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Uncle Tom's Cabin (Told to the Children)

by Harriet Beecher Stowe

Chapter 16: Eva and Topsy

Additional Information
  • Year Published: 1852
  • Language: English
  • Country of Origin: United States of America
  • Source: Stowe, H. B. (1852). Uncle Tom's Cabin (Told to the Children). H. E. Marshall, (Ed.).
  • Readability:
    • Flesch–Kincaid Level: 3.7
  • Word Count: 1,315
  • Genre: Historical Fiction
  • Keywords: 19th century literature, american literature
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Two or three years passed. Uncle Tom was still with Mr. St. Clare, far away from his home. He was not really unhappy. But always in his heart was the aching longing to see his dear ones again.

  Now he began to have a new sorrow. He loved his little mistress Eva very tenderly, and she was ill.

  He saw that she was growing white and thin. She no longer ran and played in the garden for hours together as she used to do. She was always tired now.

  Miss Ophelia noticed it too, and tried to make Mr. St. Clare see it. But he would not. He loved his little Eva so much, that he did not want to believe that anything could be the matter with her.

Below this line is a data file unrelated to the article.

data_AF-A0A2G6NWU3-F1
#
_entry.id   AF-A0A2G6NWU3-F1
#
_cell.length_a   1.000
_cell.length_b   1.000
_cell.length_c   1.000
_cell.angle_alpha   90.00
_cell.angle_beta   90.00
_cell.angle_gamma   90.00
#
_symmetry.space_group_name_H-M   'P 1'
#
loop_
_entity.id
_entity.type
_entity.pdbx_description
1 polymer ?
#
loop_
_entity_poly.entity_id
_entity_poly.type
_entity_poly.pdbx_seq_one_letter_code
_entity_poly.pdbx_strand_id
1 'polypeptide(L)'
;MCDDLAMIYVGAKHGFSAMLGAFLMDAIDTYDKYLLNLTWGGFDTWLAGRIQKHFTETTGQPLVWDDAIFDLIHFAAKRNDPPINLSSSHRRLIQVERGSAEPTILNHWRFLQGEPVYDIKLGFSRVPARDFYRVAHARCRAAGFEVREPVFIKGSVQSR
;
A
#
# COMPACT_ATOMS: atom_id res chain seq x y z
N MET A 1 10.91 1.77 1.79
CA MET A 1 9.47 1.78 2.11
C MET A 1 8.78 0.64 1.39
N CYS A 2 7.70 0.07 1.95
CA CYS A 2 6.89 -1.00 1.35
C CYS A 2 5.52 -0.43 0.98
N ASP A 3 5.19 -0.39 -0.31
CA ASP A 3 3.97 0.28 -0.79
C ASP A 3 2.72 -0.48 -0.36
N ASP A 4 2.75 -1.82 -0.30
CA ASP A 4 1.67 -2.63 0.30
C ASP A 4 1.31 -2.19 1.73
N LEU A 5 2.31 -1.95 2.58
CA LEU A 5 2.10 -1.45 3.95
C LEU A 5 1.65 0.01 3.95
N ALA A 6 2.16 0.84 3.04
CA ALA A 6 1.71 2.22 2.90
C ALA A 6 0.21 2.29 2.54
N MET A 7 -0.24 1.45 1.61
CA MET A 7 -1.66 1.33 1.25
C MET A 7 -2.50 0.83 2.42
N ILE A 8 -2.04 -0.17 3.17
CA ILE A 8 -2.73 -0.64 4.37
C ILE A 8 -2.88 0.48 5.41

Mrs. St. Clare never thought that any one, except herself, could be ill. So Eva grew daily thinner and weaker, and Uncle Tom and Aunt Ophelia more and more sad and anxious.

  But at last she became so unwell, that even Mr. St. Clare had to own that something was wrong, and the doctor was sent for.

  In a week or two she was very much better. Once more she ran about playing and laughing, and her father was delighted. Only Miss Ophelia and the doctor sighed and shook their heads. And little Eva herself knew; but she was not troubled. She knew she was going to God.

  'Papa,' she said one day, 'there are some things I want to say to you. I want to say them now while I am able.'

  She seated herself on his knee, and laid her head on his shoulder.

  'It is all no use, papa, to keep it to myself any longer. The time is coming when I am going to leave you. I am going, never to come back,' and Eva sobbed.

  'Eva, darling, don't say such things; you are better you know.'

  'No, papa, I am not any better. I know it quite well, and I am going soon.'